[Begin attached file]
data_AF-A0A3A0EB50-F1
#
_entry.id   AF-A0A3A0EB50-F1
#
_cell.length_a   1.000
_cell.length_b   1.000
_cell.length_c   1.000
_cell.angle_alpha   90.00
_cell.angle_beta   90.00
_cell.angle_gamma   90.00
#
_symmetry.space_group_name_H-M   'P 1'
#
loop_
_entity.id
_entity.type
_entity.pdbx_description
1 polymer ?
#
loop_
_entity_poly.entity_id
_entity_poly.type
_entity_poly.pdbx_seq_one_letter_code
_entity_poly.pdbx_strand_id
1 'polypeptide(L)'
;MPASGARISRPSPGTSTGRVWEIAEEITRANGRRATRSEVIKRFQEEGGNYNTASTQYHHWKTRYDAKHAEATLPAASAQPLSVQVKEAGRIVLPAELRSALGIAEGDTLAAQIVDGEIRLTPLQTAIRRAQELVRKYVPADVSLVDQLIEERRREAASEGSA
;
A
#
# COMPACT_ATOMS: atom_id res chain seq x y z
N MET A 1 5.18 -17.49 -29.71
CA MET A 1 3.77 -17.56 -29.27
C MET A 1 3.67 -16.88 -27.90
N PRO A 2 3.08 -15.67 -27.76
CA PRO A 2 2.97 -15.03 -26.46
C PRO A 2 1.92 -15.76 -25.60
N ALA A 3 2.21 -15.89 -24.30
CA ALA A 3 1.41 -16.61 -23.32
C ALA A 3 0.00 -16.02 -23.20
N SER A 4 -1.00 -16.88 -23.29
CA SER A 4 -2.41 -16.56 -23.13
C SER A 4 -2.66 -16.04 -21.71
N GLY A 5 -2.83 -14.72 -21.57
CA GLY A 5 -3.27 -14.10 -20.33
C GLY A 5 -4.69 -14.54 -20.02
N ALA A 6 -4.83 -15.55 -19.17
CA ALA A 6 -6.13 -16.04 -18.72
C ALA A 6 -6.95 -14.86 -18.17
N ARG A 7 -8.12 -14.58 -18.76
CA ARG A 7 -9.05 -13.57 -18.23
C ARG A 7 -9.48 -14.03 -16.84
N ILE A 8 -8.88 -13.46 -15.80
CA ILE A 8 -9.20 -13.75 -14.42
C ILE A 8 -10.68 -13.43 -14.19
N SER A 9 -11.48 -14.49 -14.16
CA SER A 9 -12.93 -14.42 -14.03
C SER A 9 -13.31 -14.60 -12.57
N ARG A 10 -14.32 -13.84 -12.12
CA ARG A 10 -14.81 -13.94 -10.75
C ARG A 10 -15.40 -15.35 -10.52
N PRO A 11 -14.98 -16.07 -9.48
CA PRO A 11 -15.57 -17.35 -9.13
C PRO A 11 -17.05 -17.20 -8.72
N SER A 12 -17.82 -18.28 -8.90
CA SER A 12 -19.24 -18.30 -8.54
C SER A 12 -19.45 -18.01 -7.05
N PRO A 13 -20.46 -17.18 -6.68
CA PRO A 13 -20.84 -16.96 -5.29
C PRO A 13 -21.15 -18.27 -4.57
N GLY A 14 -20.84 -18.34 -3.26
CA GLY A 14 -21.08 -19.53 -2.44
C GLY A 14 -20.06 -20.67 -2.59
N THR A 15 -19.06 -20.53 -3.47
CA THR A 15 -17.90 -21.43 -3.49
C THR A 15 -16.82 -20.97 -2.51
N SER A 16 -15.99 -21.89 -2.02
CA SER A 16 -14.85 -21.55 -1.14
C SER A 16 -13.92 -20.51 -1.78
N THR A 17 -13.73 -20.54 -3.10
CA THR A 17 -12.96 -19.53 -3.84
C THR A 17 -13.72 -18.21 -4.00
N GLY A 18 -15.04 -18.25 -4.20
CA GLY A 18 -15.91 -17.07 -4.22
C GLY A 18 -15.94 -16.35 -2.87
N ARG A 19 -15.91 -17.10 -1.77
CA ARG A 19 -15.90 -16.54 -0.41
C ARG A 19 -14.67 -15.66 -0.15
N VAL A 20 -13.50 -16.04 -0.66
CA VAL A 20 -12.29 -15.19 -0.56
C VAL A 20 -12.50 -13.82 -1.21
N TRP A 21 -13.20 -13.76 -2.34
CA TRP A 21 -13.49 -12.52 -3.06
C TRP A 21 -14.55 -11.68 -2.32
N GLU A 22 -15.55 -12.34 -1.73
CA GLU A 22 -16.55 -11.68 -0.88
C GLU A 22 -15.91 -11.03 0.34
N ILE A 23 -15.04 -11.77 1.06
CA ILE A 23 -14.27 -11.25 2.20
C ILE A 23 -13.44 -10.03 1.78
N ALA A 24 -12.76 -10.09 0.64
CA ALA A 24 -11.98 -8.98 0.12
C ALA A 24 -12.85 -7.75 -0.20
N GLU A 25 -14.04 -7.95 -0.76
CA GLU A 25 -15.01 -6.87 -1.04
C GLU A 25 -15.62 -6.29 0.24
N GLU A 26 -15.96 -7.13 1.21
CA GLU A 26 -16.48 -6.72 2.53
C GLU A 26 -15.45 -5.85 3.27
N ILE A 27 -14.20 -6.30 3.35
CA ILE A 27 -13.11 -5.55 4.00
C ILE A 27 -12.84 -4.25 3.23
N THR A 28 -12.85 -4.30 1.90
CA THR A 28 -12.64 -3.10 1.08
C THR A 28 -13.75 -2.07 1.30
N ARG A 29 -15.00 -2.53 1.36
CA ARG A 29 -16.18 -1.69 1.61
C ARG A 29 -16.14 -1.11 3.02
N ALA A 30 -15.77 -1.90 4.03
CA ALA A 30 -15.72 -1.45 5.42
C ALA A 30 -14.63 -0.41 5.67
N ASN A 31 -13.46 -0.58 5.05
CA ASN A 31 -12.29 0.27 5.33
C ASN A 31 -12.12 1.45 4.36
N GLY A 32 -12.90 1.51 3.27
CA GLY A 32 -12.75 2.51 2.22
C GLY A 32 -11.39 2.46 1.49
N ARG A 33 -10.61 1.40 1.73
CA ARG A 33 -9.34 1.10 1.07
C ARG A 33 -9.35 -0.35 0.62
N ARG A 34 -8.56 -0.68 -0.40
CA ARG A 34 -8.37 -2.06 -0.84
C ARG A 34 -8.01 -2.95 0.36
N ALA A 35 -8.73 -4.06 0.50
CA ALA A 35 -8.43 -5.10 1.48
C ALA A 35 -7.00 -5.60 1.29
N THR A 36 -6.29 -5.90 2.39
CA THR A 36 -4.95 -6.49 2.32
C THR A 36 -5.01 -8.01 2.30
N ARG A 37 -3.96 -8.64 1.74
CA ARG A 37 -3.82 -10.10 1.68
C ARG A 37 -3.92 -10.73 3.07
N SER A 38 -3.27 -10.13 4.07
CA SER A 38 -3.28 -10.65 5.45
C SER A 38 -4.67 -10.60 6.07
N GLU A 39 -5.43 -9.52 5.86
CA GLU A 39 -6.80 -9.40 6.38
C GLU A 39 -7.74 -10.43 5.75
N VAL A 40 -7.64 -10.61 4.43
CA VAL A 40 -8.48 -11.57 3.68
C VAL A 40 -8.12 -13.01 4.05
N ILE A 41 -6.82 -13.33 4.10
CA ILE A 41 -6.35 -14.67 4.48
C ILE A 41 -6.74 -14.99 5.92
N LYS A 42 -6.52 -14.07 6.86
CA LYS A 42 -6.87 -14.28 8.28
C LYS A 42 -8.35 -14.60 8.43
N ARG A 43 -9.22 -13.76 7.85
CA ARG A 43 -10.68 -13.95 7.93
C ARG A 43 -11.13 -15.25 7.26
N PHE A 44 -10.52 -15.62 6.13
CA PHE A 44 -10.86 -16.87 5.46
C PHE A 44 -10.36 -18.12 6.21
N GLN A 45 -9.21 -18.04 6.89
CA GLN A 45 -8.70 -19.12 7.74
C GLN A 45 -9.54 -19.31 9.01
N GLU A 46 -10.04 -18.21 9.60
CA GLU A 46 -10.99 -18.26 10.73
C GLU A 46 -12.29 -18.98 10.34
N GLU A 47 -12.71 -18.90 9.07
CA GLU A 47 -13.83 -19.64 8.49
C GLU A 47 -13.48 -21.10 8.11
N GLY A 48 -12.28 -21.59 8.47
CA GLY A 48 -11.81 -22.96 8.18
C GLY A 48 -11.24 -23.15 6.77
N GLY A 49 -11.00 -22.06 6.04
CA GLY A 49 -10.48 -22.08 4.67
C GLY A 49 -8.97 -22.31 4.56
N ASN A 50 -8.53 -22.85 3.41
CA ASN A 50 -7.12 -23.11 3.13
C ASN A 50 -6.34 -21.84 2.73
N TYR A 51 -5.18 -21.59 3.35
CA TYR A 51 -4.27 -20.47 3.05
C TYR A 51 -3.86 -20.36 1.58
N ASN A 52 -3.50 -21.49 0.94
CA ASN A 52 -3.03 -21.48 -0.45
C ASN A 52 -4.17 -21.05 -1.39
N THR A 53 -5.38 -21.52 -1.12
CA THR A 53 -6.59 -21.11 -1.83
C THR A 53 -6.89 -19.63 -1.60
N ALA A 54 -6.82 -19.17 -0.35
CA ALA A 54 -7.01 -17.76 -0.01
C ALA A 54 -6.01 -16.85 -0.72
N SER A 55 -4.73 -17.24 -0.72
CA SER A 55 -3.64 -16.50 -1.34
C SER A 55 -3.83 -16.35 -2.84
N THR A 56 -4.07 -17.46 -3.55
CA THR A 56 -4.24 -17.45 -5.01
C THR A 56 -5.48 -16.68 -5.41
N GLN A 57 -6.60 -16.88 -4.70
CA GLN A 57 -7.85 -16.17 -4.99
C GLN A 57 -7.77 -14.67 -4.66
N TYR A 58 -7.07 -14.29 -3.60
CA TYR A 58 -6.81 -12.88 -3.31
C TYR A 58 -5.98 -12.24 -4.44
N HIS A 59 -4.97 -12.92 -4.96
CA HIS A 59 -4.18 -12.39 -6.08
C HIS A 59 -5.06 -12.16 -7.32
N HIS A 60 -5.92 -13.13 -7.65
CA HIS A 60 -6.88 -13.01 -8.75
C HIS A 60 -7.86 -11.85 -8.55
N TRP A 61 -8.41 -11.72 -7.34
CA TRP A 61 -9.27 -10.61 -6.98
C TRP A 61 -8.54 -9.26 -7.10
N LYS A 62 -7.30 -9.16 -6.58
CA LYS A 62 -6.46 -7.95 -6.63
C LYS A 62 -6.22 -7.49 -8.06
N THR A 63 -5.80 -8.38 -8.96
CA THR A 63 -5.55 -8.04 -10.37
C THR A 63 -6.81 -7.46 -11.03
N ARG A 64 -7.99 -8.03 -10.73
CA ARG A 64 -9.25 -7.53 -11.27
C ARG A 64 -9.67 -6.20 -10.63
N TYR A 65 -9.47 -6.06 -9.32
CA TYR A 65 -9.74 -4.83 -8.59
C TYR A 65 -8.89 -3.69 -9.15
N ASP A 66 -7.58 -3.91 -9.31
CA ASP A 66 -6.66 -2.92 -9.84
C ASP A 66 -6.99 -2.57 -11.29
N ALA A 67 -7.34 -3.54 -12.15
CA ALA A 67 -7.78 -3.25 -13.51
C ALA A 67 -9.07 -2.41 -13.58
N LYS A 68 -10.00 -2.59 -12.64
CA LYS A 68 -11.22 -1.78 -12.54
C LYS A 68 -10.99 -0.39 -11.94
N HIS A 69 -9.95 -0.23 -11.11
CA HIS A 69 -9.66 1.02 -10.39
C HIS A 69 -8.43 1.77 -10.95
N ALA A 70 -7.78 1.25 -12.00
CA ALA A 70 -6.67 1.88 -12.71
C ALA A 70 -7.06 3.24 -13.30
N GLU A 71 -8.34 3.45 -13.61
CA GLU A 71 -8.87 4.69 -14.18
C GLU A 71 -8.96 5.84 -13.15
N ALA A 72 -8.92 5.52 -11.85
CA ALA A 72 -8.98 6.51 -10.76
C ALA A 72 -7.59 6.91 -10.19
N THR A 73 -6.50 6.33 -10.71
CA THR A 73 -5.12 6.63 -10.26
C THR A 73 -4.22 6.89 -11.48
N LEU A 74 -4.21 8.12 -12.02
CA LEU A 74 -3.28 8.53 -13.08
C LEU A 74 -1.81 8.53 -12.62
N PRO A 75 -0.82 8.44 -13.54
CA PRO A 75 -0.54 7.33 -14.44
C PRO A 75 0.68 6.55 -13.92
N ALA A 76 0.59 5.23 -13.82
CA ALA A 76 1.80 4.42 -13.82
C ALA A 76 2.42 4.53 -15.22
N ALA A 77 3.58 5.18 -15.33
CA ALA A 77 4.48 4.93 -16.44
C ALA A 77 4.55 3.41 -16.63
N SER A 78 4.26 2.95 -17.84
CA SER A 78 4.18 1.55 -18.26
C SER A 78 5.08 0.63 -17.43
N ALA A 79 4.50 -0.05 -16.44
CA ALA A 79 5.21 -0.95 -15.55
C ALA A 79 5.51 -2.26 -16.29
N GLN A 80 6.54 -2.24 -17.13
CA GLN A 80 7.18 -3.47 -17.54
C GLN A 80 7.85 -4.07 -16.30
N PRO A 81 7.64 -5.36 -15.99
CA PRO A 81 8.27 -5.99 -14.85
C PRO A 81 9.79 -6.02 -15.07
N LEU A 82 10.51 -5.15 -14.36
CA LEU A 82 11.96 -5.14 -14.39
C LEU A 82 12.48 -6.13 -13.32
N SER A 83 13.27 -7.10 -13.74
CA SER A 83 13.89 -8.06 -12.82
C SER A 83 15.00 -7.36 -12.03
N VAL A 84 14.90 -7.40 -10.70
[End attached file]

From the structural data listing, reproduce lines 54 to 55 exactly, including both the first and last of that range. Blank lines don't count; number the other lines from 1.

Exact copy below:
C ILE A 8 -10.68 -13.43 -14.19
N SER A 9 -11.48 -14.49 -14.16